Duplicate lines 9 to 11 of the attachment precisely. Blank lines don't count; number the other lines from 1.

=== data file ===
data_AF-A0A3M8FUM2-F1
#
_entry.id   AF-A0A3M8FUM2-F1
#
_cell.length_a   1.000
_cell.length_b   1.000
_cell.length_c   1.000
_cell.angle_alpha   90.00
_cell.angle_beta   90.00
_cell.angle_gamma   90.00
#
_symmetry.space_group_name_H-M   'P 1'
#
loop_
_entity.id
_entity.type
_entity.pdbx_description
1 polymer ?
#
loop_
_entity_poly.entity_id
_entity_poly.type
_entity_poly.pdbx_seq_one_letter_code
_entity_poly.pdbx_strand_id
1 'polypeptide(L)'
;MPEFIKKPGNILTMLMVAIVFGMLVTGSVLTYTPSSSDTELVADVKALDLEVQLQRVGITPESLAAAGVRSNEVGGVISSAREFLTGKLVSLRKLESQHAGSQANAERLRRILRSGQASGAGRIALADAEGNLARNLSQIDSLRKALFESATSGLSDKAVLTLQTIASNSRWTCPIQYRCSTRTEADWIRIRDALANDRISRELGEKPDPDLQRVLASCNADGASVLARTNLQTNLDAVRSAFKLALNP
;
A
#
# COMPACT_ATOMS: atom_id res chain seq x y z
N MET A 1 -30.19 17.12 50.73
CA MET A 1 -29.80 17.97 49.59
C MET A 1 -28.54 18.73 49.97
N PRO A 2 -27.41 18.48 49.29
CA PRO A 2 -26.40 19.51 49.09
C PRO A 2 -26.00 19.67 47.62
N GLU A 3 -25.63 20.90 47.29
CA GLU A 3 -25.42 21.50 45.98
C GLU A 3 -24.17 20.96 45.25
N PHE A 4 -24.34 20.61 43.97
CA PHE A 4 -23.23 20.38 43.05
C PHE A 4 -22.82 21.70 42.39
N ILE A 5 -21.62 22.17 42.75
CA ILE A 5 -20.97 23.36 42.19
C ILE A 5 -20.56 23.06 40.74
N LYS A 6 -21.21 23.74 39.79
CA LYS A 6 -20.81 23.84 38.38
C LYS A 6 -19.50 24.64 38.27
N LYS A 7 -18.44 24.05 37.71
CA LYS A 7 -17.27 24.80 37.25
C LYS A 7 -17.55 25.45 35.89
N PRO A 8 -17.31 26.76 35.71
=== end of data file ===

_cell.angle_beta   90.00
_cell.angle_gamma   90.00
#